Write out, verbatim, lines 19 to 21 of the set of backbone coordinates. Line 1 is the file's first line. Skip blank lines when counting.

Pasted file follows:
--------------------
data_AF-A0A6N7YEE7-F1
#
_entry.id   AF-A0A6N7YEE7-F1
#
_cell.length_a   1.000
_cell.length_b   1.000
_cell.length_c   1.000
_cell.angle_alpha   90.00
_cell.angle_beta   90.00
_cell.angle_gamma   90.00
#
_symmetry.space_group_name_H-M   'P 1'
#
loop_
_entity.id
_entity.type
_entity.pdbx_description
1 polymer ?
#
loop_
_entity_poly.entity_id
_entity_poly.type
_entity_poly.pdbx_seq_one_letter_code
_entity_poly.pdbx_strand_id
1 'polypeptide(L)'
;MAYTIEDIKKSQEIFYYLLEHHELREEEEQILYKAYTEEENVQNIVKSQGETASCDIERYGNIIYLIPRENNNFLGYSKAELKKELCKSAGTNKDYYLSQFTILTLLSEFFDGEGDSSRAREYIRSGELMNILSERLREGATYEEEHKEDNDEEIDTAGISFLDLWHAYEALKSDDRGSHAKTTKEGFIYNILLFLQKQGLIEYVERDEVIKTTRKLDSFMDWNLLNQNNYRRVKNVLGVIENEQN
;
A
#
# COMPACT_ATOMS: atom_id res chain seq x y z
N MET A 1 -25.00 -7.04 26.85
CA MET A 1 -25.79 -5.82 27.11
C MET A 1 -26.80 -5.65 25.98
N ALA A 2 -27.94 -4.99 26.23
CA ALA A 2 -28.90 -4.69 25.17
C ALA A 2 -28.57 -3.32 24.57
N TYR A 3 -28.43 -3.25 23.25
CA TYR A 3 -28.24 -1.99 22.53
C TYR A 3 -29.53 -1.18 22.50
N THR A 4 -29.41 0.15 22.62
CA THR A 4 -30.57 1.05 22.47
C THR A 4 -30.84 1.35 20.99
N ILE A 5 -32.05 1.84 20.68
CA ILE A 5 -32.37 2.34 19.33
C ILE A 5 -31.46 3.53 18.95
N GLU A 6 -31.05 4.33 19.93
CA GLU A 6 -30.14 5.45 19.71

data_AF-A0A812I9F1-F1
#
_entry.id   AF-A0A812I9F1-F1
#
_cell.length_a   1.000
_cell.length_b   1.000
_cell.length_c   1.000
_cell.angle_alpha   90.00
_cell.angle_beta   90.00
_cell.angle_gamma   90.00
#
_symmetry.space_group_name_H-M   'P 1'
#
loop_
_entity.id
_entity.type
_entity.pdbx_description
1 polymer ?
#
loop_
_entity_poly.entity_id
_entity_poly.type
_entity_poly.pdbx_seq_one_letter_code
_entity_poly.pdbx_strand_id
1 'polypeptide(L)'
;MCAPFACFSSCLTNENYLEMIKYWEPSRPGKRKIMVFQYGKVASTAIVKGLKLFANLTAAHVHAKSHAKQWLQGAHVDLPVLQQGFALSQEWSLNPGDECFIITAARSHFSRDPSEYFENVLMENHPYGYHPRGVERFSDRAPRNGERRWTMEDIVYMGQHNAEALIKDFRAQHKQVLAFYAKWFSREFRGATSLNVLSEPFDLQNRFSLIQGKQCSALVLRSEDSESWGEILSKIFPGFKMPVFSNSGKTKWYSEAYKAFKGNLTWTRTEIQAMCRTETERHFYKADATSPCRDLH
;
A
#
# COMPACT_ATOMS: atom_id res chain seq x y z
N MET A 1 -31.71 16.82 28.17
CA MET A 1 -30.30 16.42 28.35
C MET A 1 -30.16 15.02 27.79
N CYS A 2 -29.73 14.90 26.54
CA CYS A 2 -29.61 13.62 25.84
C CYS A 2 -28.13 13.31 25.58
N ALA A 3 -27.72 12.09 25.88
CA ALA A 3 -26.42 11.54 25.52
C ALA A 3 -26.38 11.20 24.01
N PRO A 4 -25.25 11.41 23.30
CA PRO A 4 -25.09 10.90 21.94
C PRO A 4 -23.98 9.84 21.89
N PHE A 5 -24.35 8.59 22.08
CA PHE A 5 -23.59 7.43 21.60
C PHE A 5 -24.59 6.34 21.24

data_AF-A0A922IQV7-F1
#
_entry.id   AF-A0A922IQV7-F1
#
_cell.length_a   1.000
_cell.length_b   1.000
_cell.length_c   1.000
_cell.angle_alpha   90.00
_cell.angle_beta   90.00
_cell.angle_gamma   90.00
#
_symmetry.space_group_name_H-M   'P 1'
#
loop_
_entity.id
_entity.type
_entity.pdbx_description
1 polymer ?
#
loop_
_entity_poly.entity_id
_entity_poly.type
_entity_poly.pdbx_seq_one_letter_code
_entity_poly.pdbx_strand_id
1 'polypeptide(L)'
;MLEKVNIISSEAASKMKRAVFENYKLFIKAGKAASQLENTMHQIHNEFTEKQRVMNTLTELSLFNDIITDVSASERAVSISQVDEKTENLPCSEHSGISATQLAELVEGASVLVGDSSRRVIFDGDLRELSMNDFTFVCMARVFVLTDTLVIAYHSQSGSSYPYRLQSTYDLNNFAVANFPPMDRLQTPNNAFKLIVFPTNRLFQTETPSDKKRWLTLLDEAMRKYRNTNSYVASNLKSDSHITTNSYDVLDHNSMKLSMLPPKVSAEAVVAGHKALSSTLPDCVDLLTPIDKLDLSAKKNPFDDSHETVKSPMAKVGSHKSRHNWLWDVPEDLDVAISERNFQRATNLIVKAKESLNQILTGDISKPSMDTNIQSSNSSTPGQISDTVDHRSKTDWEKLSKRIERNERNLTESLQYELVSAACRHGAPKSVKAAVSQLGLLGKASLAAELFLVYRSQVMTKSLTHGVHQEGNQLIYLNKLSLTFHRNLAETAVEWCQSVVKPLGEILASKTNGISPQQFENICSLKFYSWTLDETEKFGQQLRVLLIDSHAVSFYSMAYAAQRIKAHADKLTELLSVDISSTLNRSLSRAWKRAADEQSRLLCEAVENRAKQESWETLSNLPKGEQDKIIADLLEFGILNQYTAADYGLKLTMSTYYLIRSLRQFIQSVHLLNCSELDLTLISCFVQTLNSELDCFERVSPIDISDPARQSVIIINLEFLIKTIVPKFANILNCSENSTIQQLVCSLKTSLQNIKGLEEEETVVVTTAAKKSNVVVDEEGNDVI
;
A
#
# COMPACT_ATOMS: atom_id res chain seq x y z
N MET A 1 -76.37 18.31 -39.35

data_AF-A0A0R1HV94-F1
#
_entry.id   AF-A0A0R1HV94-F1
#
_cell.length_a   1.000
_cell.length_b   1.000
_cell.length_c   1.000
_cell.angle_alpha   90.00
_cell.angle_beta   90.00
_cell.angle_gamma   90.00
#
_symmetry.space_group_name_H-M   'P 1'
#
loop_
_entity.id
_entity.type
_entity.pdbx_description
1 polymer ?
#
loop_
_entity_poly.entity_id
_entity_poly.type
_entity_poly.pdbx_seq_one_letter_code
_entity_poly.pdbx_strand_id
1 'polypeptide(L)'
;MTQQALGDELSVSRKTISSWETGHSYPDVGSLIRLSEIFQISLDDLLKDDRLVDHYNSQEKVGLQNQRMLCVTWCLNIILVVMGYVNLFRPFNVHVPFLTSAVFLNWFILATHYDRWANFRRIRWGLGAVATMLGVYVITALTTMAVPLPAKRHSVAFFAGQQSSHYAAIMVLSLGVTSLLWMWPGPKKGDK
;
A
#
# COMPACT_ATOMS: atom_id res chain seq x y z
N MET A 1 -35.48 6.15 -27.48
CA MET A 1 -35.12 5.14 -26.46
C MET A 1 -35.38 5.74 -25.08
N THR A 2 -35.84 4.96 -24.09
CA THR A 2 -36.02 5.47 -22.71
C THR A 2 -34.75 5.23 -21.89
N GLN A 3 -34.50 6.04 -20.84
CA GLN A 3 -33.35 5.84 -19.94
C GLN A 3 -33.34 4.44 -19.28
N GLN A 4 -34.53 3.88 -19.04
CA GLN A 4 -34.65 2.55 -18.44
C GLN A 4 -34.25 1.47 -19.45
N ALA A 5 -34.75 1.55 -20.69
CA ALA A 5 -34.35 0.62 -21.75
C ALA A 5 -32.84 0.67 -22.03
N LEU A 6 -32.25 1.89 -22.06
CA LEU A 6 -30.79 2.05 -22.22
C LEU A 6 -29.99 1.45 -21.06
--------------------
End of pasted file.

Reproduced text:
#
loop_
_entity_poly.entity_id